THE EARTH TIMES
FEBRUARY 12, 1996
A CONVERSATION WITH RUUD J. TREFFERS
By Ashali Varma
United Nations, New York—“It is important that we define in a proper way the right to adequate housing, said Ambassador Ruud J. Treffers of the, Netherlands. “We would like to strengthen this.” As the head of his country’s delegation to PrepCom3, Treffers—who is also the Netherlands Permanent Representative to Habitat and Unep in Nairobi–has been very involved with the preparatory process. “The priorities for us are sustainability of human settlements and the participation of people with a gender approach,” he told The Earth Times.
“We like the Global Plan of Action because it gives a menu of options that countries can use according to their needs, keeping the basic principles in mind,” Treffers said.
In addition, “the Best Practices approach is excellent,” he said, “it gives a practical advantage to people at the local level–gives them a tool to follow–so one does not have to reinvent the wheel.”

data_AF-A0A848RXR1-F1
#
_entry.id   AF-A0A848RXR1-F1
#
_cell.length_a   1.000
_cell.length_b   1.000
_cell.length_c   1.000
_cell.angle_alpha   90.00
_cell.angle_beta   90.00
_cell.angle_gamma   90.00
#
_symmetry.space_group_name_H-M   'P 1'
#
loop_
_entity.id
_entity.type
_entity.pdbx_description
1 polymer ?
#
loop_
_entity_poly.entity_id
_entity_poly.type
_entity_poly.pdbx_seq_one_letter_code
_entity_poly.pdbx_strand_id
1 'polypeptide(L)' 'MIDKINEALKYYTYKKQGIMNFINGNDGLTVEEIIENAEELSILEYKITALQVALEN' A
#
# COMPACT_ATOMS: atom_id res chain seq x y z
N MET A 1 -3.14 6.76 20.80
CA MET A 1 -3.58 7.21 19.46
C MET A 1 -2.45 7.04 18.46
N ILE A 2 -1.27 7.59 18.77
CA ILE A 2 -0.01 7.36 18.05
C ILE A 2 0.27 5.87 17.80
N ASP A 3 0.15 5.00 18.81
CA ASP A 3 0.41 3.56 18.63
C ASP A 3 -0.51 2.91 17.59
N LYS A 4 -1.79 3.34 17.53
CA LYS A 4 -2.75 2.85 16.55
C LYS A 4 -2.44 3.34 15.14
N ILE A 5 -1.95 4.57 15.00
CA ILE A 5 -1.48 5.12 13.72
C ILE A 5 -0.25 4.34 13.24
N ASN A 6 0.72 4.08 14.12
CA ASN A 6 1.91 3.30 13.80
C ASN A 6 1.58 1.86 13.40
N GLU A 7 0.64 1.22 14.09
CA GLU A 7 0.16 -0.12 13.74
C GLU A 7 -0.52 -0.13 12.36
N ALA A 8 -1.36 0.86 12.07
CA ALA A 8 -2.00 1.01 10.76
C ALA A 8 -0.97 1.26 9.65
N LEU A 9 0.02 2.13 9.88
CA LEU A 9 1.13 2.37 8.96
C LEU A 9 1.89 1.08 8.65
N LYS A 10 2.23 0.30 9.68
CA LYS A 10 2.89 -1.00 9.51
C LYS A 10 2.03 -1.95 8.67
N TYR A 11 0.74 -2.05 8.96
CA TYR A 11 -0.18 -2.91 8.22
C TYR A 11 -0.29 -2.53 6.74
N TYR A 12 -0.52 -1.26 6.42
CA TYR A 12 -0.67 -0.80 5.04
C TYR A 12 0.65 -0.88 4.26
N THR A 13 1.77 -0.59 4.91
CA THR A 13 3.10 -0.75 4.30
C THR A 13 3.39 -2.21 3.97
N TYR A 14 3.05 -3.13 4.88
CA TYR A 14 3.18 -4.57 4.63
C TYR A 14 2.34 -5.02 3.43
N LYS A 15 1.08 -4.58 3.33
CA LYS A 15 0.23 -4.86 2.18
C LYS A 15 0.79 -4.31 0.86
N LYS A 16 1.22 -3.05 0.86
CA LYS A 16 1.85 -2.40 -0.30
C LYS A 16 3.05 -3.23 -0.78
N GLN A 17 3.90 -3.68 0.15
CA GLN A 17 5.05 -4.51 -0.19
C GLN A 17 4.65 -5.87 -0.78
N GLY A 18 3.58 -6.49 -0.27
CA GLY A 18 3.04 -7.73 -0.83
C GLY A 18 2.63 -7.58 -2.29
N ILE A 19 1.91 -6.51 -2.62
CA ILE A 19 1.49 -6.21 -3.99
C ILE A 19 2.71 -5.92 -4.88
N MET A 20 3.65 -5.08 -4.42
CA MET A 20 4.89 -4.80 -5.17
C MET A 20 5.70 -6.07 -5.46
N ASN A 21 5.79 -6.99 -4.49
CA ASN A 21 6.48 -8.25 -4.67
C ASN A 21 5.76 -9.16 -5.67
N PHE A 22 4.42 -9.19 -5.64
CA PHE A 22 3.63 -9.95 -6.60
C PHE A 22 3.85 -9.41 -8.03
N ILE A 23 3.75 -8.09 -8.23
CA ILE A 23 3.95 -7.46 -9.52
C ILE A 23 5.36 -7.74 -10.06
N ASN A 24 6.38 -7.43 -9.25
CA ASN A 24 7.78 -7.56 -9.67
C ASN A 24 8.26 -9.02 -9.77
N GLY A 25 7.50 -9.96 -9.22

Treffers thinks it is important for the Agenda to focus on urbanization but that does not mean that rural habitats will be neglected. He was quick to point out that in “our policy toward Africa, rural issues are of utmost important for Dutch Development Cooperation.”
“It is also imperative to consult the people of an area, to see their needs and tailor solutions to the problems,” said Treffers. He thinks that the Agenda covers this well as it not only identifies the role of governments but also NGOs; local authorities and the private sector. “For us it is very important that we work with the people to decide the future course of action,” he said.
Treffers feels that for implementation goals to succeed it is important also to look at the role of the important actors and strengthen them. He said that it was better for the Habitat Agenda not to have a price tag attached to it, as in past conferences, because it invariably leads to disappointments. “One has to be realistic and not have ambitious targets. We should focus on the strategies that emerge from the Agenda. This will be more concrete and attract better funding,” Treffers said.
His country has traditionally one of the biggest bilateral donors to the third world, providing more than $1 billion in foreign aid annually.